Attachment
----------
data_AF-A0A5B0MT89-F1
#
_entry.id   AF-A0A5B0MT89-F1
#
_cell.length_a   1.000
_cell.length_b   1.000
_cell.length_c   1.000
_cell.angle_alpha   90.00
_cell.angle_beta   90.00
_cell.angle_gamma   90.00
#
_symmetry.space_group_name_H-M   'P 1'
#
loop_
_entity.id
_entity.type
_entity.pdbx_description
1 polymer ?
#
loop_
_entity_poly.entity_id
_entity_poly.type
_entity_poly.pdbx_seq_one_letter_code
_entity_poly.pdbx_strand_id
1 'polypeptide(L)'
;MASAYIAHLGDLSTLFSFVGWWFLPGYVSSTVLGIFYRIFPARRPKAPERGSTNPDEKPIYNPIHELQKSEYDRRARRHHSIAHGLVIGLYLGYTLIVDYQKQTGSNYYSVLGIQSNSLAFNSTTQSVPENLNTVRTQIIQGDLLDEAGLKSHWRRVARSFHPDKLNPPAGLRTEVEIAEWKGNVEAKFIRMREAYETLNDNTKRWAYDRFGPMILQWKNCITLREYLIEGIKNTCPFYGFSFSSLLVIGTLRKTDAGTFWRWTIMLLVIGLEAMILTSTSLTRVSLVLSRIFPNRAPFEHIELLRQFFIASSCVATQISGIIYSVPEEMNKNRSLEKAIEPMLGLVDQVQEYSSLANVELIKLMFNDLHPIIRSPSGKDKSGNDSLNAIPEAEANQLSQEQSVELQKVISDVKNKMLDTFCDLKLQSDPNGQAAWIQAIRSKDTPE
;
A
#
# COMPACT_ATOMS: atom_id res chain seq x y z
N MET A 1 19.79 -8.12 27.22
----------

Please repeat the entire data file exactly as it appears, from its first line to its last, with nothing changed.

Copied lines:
data_AF-A0A5B0MT89-F1
#
_entry.id   AF-A0A5B0MT89-F1
#
_cell.length_a   1.000
_cell.length_b   1.000
_cell.length_c   1.000
_cell.angle_alpha   90.00
_cell.angle_beta   90.00
_cell.angle_gamma   90.00
#
_symmetry.space_group_name_H-M   'P 1'
#
loop_
_entity.id
_entity.type
_entity.pdbx_description
1 polymer ?
#
loop_
_entity_poly.entity_id
_entity_poly.type
_entity_poly.pdbx_seq_one_letter_code
_entity_poly.pdbx_strand_id
1 'polypeptide(L)'
;MASAYIAHLGDLSTLFSFVGWWFLPGYVSSTVLGIFYRIFPARRPKAPERGSTNPDEKPIYNPIHELQKSEYDRRARRHHSIAHGLVIGLYLGYTLIVDYQKQTGSNYYSVLGIQSNSLAFNSTTQSVPENLNTVRTQIIQGDLLDEAGLKSHWRRVARSFHPDKLNPPAGLRTEVEIAEWKGNVEAKFIRMREAYETLNDNTKRWAYDRFGPMILQWKNCITLREYLIEGIKNTCPFYGFSFSSLLVIGTLRKTDAGTFWRWTIMLLVIGLEAMILTSTSLTRVSLVLSRIFPNRAPFEHIELLRQFFIASSCVATQISGIIYSVPEEMNKNRSLEKAIEPMLGLVDQVQEYSSLANVELIKLMFNDLHPIIRSPSGKDKSGNDSLNAIPEAEANQLSQEQSVELQKVISDVKNKMLDTFCDLKLQSDPNGQAAWIQAIRSKDTPE
;
A
#
# COMPACT_ATOMS: atom_id res chain seq x y z
N MET A 1 19.79 -8.12 27.22